4. A well tool for engaging the wall of a well bore during the longitudinal and rotational movement of a tubular drill string comprising, a longitudinally extending sleeve shdably mounted on the drill string for longitudinal movement relative thereto and having an annular inner space therebetween, said sleeve having at least one opening extending laterally therethrough, said opening being of lesser circumferential and longitudinal extent than said sleeve, wall engaging means mounted in said opening in normally retracted relationship relative to the wall of the well bore, the inner portion of said wall engaging means communicating with said annular inner space and movable outwardly by fluid pressure from the annular space to engage the wall of the well bore, longitudinally spaced upper and lower seal means between said sleeve and said drill string to inhibit leakage of fluid from said sleeve, said annular space extending from said upper seal means to said lower seal means, passage means in the wall of the drill string and movable therewith relative to said sleeve between said upper and lower seal means while communicating fluid from the interior of said drill string to said annular space between said drill string and said sleeve during longitudinal and rotational movement of said drill string relative to said sleeve, and co -acting stop means on said drill string and said sleeve to limit the downward movement of said drill string relative to said sleeve during the rotational and longitudinal movement of said drill string relative to said sleeve to prevent said passage means from moving below said lower seal means.

5. A well tool for engaging the wall of a well bore during the longitudinal and rotational movement of a tubular drill string comprising, a longitudinally extending sleeve slidably mounted on the drill string for longitudinal movement relative thereto and having an annular inner space therebetween, said sleeve having at least one opening extending laterally therethrough, said opening being of lesser circumferential and longitudinal extent than said sleeve, wall engaging means mounted in said opening in normally retracted relationship relative to the wall of the well bore, the inner portion of said wall engaging means communicating with said annular inner space and movable outwardly by fluid pressure from the annular space to engage the wall of the well bore, longitudinally spaced upper and lower seal means between said sleeve and said drill string to inhibit leakage of fluid from said sleeve, said annular space extending from said upper seal means to said lower seal means, passage means in the wall of the drill string and movable therewith relative to said sleeve between said upper and lower seal means while communicating fiuid from the interior of said drill string to said annular space between said drill string and said sleeve during longitudinaly and rotational movement of said drill string relative to said sleeve, and cooperating clutch means on said sleeve and the drill string adapted when engaged to retain said sleeve on the drill string in a predetermined position as the well tool is lowered in the well bore.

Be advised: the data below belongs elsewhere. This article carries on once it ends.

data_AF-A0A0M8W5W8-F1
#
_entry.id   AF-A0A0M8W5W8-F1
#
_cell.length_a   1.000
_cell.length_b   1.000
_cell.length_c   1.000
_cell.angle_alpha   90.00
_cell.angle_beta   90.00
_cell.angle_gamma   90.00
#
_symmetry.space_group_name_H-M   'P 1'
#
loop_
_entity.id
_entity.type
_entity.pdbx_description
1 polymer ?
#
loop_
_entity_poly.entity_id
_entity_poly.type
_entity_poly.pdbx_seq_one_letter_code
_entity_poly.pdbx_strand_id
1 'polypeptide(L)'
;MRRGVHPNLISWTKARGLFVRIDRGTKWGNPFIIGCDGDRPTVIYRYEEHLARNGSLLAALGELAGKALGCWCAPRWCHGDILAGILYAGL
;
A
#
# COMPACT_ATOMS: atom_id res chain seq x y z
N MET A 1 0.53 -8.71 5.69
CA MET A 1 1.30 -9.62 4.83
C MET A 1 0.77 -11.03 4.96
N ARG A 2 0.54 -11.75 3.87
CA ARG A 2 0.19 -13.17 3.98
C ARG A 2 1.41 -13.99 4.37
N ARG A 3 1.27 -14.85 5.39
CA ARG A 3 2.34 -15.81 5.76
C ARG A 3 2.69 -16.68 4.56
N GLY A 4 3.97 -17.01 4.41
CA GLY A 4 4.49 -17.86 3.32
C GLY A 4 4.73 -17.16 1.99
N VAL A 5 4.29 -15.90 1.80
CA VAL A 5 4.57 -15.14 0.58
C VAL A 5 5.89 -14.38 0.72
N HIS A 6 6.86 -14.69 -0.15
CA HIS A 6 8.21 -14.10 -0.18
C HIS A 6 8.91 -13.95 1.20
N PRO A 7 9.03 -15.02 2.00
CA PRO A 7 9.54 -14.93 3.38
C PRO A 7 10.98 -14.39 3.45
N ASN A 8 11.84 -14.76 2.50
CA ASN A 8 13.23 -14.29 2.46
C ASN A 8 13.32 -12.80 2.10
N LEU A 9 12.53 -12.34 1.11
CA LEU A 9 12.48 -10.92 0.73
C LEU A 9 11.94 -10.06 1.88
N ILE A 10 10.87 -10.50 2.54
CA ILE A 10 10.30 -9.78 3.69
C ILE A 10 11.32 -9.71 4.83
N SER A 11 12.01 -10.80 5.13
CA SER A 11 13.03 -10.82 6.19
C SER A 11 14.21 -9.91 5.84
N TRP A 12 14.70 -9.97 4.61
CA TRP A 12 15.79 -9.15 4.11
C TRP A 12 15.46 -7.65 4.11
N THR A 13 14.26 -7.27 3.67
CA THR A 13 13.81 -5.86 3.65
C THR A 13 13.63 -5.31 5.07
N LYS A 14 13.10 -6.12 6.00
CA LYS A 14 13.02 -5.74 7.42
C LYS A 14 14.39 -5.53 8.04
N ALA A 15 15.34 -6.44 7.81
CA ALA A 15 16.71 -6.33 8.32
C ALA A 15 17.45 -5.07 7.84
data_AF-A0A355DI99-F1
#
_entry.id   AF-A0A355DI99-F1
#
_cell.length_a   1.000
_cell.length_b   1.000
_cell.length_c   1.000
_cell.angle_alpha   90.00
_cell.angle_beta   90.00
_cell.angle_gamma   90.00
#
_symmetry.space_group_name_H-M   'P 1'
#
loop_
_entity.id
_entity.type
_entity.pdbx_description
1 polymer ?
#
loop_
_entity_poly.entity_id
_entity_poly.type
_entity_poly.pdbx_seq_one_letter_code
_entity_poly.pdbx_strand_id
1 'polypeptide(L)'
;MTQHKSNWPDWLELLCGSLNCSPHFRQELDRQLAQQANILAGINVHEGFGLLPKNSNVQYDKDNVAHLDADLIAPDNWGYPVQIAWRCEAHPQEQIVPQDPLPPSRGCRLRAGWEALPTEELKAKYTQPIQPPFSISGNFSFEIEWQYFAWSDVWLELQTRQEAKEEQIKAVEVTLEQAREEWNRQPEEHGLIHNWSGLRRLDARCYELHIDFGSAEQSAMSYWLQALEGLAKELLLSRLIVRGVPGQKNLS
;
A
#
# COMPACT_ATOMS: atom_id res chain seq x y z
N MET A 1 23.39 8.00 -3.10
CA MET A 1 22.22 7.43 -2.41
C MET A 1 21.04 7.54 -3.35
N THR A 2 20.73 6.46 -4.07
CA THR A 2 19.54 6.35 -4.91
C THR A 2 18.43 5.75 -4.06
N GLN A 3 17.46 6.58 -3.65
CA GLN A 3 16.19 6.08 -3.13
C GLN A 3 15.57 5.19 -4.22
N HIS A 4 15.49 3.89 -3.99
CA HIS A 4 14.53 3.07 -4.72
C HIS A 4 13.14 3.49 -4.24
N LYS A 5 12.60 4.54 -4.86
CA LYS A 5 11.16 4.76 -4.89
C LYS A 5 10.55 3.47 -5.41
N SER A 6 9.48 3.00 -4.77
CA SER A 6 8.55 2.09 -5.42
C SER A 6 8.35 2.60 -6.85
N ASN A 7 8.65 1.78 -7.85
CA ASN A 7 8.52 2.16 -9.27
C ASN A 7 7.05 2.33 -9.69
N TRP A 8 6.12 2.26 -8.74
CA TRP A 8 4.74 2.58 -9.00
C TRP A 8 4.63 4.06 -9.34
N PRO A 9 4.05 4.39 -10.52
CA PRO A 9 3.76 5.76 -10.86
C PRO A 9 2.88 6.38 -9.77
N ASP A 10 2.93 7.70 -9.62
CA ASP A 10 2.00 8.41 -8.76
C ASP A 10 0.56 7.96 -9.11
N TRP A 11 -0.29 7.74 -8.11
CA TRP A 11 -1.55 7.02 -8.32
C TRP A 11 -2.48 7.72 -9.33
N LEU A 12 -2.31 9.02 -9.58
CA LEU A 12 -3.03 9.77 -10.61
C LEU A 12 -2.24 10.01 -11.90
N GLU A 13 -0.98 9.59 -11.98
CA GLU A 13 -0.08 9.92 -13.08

6. A well tool for engaging the wall of a well bore and urging a tubular drill string laterally during the longitudinal and rotational movement of the drill string comprising, a longitudinally extending sleeve slidably mounted on the drill string for longitudinal movement relative thereto and having an annular inner space therebetween, said opening being of lesser circumferential and longitudinal extent than said sleeve, said sleeve having an opening extending laterally therethrough on only one side of said sleeve, wall engaging means mounted in said opening in normally retracted relationship relative to the wall of the well bore, the inner portion of said wall engaging means communicating with said annular inner space and movable outwardly by fluid pressure from the annular space to engage the wall of the well bore and urge the drill string laterally in the well bore, longitudinally spaced upper and lower seal means between said sleeve and said drill string to inhibit leakage of fluid from said sleeve, said annular space extending from said upper seal means to said lower seal means, and passage means in the wall of the drill string and movable therewith relative to said sleeve between said upper and lower seal means while communicating fluid from the interior of said drill string to said annular space between said drill string and said sleeve during longitudinal and rotational movement of said drill string relative to said sleeve.

References Cited in the file of this patent UNITED STATES PATENTS 712,887 Wyczynski Nov. 4, 1902 2,316,409 Downing Apr. 13, 1943 2,643,722 Lynes et al June 30, 1953 2,643,859 Brown June 30, 1953 2,696,367 Robishaw Dec. 7, 1954 2,715,552 Lane Aug. 16, 1955 2,734,721 Zublin Feb. 14, 1956 2,745,635 Zublin May 15, 1956 2,796.234 Mann June 18, 1957 2,807,326 Church Sept. 24, 1957 2,824,612 Lynes Feb. 25, 1958 2,946,565 Williams July 26, 1960

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Referenced by
Citing PatentFiling datePublication dateApplicantTitle
US3126971 *Oct 26, 1960Mar 31, 1964 Drill string stabilizer
US3259193 *Feb 9, 1960Jul 5, 1966Exxon Production Research CoRetractable drill collar stabilizer
US3298449 *Oct 24, 1963Jan 17, 1967Drilco Oil Tools IncWell bore apparatus
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Classifications
U.S. Classification175/81, 175/61, 175/230, 166/212, 175/76
International ClassificationE21B7/06, E21B7/04, E21B7/08
Cooperative ClassificationE21B7/062
European ClassificationE21B7/06C